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THE LOVE Yourself and Your Health campaign will continue for its second year - renewing a commitment to "encourage, empower, and ignite" a cultural shift in Bahamian people towards healthy living.
In addition to giveaways, demos and recipes, music, and discounts on health services and veggie food, organisers have also added a Green Smoothie Challenge which will afford participants an opportunity to win a three-month healthy living assistance package for 2011.
The Love Yourself Wellness Package will include a health assessment, one meal per day, green smoothies, natural health and beauty products and a host of health services such as, massage therapy, physical training, acupuncture, and chiro ...
Your feet bear the brunt of your daily working life. The average person walks the equivalent of five times around the earth in a lifetime and each step can exert up to two times your body weight in ground reactive forces through your lower limbs. Prolonged standing, walking, operating machinery, high heels, carrying heavy objects and slippery surfaces are just some of the dangers the feet are exposed to in the workplace.
Every year, it is estimated that 2 million sick days are lost due to complaints and disorders in the lower limbs, however, many of these sick days can be prevented. Studies show that about 80 percent of adults will experience some foot complaints during their lifetime. This can vary from aches and pains, swelling, corns, calluses, injuries, fungal infections, varicose veins and much more. These common foot problems occur both on and off the job. However, there is no doubt that some work related factors can lead to, or aggravate foot problems, especially jobs that require long periods of standing or that put the feet at risk.
It is recommended that workers spend no more than 30 percent of their working day standing, however there are many jobs where workers stand for longer periods. Workers who are required to spend too much time on their feet are at increased risk of pain and discomfort around their feet, legs, hips and lower back. Standing for long hours, day after day, not only tires the worker's feet but can also cause permanent damage. Continuous standing can cause the joints and bones of the feet to become misaligned causing flat feet, inflammation that can later lead to arthritis, and damage to the veins in the legs leading to pain, swelling, varicose veins and even ulcers. Prolonged standing can damage joints, causing swelling of the legs, and result in a range of problems for the feet, including bunions and corns and heel spurs.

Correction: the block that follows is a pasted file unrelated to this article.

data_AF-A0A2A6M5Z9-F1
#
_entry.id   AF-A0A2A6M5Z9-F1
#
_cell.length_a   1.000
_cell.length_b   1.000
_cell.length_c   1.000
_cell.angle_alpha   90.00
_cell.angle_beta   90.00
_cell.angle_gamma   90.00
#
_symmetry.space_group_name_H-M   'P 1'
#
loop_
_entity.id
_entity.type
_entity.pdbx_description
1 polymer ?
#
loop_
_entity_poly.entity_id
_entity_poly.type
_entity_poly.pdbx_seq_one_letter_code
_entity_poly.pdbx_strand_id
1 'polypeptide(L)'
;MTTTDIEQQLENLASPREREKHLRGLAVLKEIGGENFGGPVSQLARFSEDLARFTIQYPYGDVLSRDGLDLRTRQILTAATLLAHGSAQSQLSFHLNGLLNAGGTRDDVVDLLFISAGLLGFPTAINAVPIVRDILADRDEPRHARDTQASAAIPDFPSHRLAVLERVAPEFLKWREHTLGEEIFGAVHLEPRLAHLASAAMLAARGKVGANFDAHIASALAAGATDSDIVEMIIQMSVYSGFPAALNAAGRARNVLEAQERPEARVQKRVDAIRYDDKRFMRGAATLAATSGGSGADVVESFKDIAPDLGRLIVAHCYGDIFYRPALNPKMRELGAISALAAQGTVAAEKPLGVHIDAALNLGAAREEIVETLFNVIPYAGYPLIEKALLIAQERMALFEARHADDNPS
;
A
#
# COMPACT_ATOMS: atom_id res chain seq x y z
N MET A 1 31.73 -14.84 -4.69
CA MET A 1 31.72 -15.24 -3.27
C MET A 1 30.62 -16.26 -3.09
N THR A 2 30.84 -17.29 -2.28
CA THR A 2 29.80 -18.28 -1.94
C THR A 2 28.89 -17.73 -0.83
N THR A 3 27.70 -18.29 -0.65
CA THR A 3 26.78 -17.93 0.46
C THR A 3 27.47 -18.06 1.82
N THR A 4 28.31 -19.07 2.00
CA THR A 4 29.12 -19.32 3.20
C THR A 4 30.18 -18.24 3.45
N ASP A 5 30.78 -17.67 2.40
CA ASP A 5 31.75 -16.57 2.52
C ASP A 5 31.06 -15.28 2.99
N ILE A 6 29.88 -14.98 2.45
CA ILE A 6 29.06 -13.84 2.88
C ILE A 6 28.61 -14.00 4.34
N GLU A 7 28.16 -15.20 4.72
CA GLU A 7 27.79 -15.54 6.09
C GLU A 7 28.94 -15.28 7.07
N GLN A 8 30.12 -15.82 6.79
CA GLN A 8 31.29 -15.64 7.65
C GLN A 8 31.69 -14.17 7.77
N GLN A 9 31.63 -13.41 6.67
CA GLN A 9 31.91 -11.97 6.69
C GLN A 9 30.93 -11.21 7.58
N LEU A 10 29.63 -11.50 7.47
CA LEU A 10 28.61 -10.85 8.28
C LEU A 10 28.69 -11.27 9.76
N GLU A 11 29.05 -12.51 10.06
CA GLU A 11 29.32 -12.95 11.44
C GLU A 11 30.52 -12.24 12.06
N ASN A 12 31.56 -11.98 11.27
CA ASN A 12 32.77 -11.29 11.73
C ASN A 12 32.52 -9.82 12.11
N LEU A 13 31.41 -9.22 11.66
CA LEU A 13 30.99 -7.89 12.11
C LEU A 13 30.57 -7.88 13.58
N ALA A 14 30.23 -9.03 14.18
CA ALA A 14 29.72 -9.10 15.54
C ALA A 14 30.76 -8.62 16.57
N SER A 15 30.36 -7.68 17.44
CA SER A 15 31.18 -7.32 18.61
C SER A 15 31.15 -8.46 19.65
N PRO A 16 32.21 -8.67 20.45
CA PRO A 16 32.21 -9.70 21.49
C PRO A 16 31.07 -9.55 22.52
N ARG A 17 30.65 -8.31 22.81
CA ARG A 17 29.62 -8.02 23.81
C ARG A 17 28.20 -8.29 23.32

Work-site accidents also result in a significant number of injuries to the feet and lower legs including sprains, strains and fractures. Foot injuries account for 15 to 20 percent of all disabling injuries. While not all of these are the result of work activities, a large proportion occur due to the conditions feet are exposed to at work.
Our feet are exposed to many dangers at work and like every other danger, the risk can be avoided or removed if employees and employers take simple straightforward steps to protect the feet at work.
o Wear the right shoes for work: Workers should wear the shoes that are appropriate to their occupation, working environment, and foot type. Improper footwear can cause or aggravate existing foot problems. Footwear that fits poorly or is in need of repair also contributes to foot discomfort. Prolonged standing, hard flooring and inappropriate footwear are very common working conditions. If safety or special footwear is required for the job (e.g. steel toe boots) employers must ensure that employees have the correct shoes and are not allowed to work without them. In many work-sites such equipment are supplied by the employer at no cost to the worker.
High heels are the favorite work footwear for many women but should not be. They throw the body weight onto the balls of the feet, which may lead to calluses, painful bunions, corns, neuromas and back pains. The position of the foot in narrow width high heels can cause the ankle to become unstable, resulting in ankle sprains. Wearing high-heels for long periods may cause the calf muscles to become shortened and tight over time. The body compensates for this tightness in the calf-muscles by lowering the arch of the foot, or by affecting the knee, hip or back. Backless (sling back) shoes force your toes to claw as you walk, straining the muscles if worn over a long period. To prevent this, keep heel heights to about two inches for everyday use.